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Noodles and Congee

Noodles and Congee

Noodles and congee (rice porridge) are often served under the same roof. Some of the more traditional restaurants that serve both will have two open kitchens flanking the entrance. One kitchen will be dedicated solely to making congee, the other to making noodles.

Congee ranges from the plain starchy variety to the lighter versions that include vegetables and meat and even hotpots in which the ingredients are cooked in a congee soup. The huge variety of noodles and congee available can be enjoyed 24 hours a day in the city. In fact, these are popular late night eats.

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What to order?

It would be a challenge to not run into some great noodle or congee dishes in Hong Kong. Here are some of the most common orders to look out for:

Cantonese-style congee

Cantonese-style congee: Congee, or rice porridge, is found all over China. However, it is unlikely that anyone puts more effort into congee than the people of Guangdong Province and Hong Kong. Raw ingredients are put in continuously boiling rice porridge until they become soft and their flavours are infused in the entire mixture.

Food columnist and author Chua Lam recommends the Congee with Pork Balls, Beef, Air Bladder and Snakehead Fillets at Sang Kee Congee Shop:

Cantonese-style congee
Sang Kee Congee Shop
Address: 7-9 Burd Street, Sheung Wan, Hong Kong Island
Tel: +852 2541 1099
 How to get there: MTR Sheung Wan, Exit A2, turn right and walk about five minutes.

Chiu Chow-style congee

From Chaozhou in Guangdong Province, Chiu Chow people have brought their distinct dialect and cuisine to Hong Kong. The difference can be seen in their fresh-seafood renditions of congee, such as the baby oyster congee.

Chiu Chow congee is made tender and fragrant by covering it and letting it stand for about half an hour after it is cooked. According to folklore, this method was discovered accidently by a Chiu Chow fishing family, who usually kept a pot of congee on their boat when at sea. The family in question was robbed by pirates but the fisherman’s wife had the presence of mind to hide their freshly-made pot of congee under some blankets so that they would have food to sustain them for the voyage home. The pirates missed the congee and, when they had left, the family discovered the pleasant effect that covering the pot had on the rice grains.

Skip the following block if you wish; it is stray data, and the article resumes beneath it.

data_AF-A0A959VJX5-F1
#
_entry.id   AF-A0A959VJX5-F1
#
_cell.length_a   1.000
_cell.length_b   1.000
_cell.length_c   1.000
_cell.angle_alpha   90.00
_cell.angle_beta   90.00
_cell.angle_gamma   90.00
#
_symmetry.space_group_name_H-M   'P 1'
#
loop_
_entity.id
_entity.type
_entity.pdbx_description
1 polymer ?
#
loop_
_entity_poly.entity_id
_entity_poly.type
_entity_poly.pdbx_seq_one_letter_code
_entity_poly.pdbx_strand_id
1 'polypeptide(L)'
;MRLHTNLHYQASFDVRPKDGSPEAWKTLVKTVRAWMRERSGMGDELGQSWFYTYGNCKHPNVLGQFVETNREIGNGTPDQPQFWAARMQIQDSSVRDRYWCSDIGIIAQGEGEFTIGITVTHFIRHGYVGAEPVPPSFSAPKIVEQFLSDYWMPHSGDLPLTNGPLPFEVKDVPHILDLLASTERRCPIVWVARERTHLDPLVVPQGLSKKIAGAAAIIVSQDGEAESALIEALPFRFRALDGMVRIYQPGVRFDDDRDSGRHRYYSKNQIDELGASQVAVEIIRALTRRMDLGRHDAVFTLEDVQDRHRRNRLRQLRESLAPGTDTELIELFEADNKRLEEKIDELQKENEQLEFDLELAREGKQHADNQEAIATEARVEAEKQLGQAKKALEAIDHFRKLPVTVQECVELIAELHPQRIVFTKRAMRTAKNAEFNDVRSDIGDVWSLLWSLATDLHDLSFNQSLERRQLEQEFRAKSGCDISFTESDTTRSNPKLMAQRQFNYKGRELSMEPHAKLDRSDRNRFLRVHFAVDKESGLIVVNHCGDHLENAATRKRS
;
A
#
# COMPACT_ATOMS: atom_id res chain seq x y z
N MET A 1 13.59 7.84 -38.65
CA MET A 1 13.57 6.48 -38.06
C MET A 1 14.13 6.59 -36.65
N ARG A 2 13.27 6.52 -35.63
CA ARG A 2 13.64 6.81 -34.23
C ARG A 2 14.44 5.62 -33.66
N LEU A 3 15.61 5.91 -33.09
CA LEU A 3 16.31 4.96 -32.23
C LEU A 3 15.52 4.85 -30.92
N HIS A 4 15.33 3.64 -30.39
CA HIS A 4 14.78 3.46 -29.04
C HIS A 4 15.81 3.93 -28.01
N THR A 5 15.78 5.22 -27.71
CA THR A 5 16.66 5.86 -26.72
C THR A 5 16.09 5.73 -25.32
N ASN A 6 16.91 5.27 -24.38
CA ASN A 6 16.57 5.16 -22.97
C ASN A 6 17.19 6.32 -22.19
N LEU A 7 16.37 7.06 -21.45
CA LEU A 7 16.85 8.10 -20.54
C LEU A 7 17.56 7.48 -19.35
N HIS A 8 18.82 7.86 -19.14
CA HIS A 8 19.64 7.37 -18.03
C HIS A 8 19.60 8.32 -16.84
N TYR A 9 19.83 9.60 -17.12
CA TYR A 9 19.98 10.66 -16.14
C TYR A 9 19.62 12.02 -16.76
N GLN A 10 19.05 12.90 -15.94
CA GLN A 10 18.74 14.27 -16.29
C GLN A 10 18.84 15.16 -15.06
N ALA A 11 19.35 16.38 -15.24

Jacky Yu, chef, restaurateur, author and food critic recommends the Baby Oyster Congee at Chan Kan Kee Restaurant:

Chiu Chow-style congee
Chan Kan Kee Restaurant
Address: 11 Queen’s Road West, Sheung Wan, Hong Kong Island
Tel: +852 2858 0033
 How to get there: Take the westbound route tram to the Western City station, get off and walk along to the Morrison Hill Road, turn right into Queen's Road West and walk for about 10 minutes

Rice noodles in soup

Rice noodles are often served in soup with beef balls or fish balls. Cantonese meat balls differ from their Western counterparts in texture. Instead of mincing, the meat is pounded until it is pulverised, giving the meatballs a smooth texture.

Rice noodles in soup

Stir-fried rice noodles

Noodle strips made from rice, this is a staple food of South China and Southeast Asia. Their versatility and flexibility mirror the characteristics of Hong Kong’s people.

Food columnist and author Chua Lam recommends the Authentic Stir-Fried Rice Noodles with Beef at Ho Hung Kee Congee and Noodle Shop:

Stir-fried rice noodles
Ho Hung Kee Congee and Noodle Shop